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Tuesday, February 5, 2013

Timeless Violence

Since I'm coming from a Christian perspective and try to write about issues of spirituality, I could hardly do that for long without addressing violence among us. I'm convinced we have an obsession with violence. Why else would it be seen so often as a solution?

During the Super Bowl there was a dual Jeep and USO commercial. It was a clever bit of marketing where the whole commercial was full of touching scenes of men & women in the armed services. Visually it was like the film version of Instagram. The language too was soft and poetic and before long you were being whisked away on this vision of American homeland, heroism, and nationalism. Oh, and did I mention the narrator was Oprah? It was so moving that I found my American spirit soaring while my logical self was repulsed by the blatant propaganda and nationalism. What's more, the commercial specifically evoked church and prayer. I actually watched the Super Bowl with a large group of Christians. Not one of us, myself included, seemed to even notice at the time the marriage of Christianity and militarism being displayed before our eyes.

Why do we accept violence? Why are there so many Christians who oppose nonviolence as impractical? Why do so many Christians believe solutions in the Middle East will be brought about by military superiority? Why do Christians, in poll after poll, support our country's wars no matter the justification?

In the gospel when Judas finally leads the soldiers to arrest Jesus, Peter draws a sword and "defends" Jesus by striking another man. Jesus picks up the severed ear and heals the man with his open hand. Isn't that an interesting image: a closed fist that strikes and divides while an open hand heals and makes whole. But you also have to read that passage and wonder What on earth was Peter doing with a sword?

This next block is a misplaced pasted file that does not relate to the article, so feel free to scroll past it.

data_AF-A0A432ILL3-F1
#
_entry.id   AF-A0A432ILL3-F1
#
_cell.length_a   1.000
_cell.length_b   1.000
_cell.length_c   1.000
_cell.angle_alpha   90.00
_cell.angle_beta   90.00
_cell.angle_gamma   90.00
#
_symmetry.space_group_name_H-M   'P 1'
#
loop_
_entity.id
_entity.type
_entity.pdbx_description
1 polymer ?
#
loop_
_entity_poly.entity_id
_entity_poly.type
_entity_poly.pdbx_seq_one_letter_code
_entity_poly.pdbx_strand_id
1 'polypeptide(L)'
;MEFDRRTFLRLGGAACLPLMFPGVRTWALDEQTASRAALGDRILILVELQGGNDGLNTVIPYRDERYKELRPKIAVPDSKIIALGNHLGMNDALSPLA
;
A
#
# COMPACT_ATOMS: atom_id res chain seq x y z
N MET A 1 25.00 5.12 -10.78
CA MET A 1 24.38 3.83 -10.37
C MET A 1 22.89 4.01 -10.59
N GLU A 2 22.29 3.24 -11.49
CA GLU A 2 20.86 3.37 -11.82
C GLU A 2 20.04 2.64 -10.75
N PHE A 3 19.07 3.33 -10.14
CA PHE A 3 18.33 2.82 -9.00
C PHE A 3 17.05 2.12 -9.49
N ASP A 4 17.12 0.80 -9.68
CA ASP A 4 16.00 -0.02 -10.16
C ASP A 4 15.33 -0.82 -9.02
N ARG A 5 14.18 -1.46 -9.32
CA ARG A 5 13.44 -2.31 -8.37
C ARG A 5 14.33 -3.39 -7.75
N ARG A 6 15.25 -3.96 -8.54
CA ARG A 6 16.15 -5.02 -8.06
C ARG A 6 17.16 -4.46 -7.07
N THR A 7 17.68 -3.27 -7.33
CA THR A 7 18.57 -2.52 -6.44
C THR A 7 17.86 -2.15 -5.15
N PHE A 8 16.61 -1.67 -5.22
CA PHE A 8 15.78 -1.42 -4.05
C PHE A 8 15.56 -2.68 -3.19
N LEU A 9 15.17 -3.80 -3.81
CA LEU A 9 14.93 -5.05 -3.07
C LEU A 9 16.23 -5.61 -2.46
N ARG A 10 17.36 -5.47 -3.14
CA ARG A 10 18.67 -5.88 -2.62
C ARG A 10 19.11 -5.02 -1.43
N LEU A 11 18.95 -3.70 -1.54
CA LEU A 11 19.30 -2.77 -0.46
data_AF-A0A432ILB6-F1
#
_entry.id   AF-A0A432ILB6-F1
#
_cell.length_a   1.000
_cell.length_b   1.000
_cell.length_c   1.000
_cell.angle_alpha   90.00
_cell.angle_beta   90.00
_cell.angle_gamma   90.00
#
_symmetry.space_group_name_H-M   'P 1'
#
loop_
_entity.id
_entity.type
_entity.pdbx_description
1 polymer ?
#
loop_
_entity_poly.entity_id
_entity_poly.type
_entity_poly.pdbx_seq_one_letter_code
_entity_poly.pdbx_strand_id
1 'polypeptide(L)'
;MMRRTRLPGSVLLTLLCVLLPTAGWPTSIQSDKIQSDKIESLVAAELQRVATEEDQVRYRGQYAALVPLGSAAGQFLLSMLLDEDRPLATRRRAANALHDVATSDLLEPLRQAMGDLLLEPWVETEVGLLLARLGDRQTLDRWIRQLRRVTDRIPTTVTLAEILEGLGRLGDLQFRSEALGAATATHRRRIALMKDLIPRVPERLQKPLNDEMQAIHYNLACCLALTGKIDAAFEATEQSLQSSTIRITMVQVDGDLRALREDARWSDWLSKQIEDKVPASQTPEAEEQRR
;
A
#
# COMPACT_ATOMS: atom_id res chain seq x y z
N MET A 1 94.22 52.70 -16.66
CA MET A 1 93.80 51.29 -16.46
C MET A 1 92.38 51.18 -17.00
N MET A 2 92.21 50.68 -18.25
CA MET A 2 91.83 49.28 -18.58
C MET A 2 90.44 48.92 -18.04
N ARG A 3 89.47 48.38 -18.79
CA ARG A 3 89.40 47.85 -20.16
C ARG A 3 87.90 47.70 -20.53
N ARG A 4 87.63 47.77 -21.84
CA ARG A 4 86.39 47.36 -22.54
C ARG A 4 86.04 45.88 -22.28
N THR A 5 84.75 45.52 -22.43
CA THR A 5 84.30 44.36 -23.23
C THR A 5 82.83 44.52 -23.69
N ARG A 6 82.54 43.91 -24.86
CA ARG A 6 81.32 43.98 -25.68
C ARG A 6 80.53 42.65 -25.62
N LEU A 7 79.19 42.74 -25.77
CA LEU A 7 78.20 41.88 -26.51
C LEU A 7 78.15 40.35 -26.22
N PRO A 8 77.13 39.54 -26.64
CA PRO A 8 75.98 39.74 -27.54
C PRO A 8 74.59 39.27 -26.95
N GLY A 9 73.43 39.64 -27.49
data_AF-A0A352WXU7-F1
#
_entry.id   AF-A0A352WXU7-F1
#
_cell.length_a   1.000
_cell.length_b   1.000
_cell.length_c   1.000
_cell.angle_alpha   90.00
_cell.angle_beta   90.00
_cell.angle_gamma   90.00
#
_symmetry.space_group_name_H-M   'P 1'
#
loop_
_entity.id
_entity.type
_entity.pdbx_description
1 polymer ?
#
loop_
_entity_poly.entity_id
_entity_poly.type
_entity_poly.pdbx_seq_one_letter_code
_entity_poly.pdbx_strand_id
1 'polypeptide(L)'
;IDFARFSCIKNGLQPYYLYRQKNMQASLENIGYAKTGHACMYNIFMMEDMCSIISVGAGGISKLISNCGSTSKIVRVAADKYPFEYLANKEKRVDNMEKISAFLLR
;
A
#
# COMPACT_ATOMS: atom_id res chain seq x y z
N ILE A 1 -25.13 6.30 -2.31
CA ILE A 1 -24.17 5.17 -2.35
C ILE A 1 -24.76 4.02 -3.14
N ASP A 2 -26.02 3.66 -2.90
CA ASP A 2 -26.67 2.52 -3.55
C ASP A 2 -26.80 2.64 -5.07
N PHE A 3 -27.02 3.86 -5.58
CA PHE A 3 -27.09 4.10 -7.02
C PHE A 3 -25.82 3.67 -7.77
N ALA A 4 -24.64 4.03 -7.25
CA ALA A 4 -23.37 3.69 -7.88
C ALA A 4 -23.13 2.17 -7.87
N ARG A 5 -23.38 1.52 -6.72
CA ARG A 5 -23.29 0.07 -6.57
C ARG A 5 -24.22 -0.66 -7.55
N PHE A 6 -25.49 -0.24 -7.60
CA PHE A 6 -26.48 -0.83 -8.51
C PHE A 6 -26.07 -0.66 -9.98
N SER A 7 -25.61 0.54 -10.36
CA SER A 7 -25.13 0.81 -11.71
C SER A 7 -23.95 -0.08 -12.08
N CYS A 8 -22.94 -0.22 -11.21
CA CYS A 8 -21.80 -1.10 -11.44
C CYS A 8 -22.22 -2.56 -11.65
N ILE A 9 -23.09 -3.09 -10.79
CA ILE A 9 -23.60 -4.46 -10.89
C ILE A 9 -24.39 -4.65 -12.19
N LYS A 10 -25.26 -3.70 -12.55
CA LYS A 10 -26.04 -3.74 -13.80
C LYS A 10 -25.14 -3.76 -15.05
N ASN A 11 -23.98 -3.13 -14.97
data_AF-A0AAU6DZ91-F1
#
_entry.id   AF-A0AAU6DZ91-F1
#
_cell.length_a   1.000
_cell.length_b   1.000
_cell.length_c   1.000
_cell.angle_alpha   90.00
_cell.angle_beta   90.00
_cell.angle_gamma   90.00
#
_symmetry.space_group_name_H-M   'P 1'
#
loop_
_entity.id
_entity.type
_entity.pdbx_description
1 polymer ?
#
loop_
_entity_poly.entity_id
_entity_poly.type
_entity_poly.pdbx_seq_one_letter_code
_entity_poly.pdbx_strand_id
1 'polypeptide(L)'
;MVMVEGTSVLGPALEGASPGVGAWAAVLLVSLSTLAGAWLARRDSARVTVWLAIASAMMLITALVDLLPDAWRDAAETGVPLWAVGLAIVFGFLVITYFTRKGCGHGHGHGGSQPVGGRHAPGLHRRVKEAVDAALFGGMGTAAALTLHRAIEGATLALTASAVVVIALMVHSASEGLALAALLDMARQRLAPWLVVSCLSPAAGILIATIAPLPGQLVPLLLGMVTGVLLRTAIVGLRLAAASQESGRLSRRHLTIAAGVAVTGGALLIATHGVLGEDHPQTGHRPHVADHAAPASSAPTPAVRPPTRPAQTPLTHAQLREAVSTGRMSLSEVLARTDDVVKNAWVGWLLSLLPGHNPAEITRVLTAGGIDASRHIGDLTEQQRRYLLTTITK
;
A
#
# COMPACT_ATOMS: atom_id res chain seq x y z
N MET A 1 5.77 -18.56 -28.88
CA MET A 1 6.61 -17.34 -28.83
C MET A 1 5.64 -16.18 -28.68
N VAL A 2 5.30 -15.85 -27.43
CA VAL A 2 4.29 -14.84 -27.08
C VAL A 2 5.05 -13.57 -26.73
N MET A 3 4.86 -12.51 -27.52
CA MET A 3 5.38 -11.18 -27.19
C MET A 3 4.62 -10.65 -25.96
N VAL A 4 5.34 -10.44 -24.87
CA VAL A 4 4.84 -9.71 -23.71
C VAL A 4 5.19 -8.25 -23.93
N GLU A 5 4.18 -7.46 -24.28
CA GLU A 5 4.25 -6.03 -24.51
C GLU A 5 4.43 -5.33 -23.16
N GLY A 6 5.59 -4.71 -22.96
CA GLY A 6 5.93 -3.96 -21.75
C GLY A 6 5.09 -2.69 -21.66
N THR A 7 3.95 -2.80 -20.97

I don't know but I've heard most of the Jews and even the Apostles at the time were likely armed. But where does arming yourself and violence fit into the message of Christ? Jesus certainly didn't carry a sword. What were his followers doing? Why weren't they emulating him? Or did they imagine an importance to themselves as the physical "defenders" of Christ? Did they not see Jesus would never give his followers that role?

And when they met their own end did they nobly fight to the death? Nope. They were martyred as they lived - in their space of naked vulnerability. And that wasn't a weakness. We really need to get away from associating strength with power in a sort of anti-gospel message of our own making.

Christians, and I include myself here, are really failing on violence. I'm not against football or soldiers. I'm not even against justified armed intervention or armed police. But I think on the issue of violence as much as anything else we've given up our power and adopted a cultural ideology that seems more attractive than the gospel. I see it clearly when we support drone strikes and torture and "preemptive" wars and compelling people with laws and imprisoning persons who need help not incarceration. I'm sure there are other areas too. But I'm convinced the answer isn't ideology or military strategy or nationalism. That's not what gives us life. It's the quiet, vulnerable, intentionally defenseless, pacifistic message of the gospel. It's not Peter's sword, it's Jesus' open hand that heals. And if Christians aren't looking for the way of healing, what in the world are we doing?


  1. You have articulated something I have been feeling for some time now. Thank you for giving expression to this; I think it's so important. The last line of the post gave me shivers.

    1. That's so great. I'm finding (perhaps ironically) that publishing a personal blog with my individual thought is bringing me into greater community. People are more affirmative and open even if they disagree than if I had just brought it up in a conversation.
      Thanks for shivering! Means a lot, friend.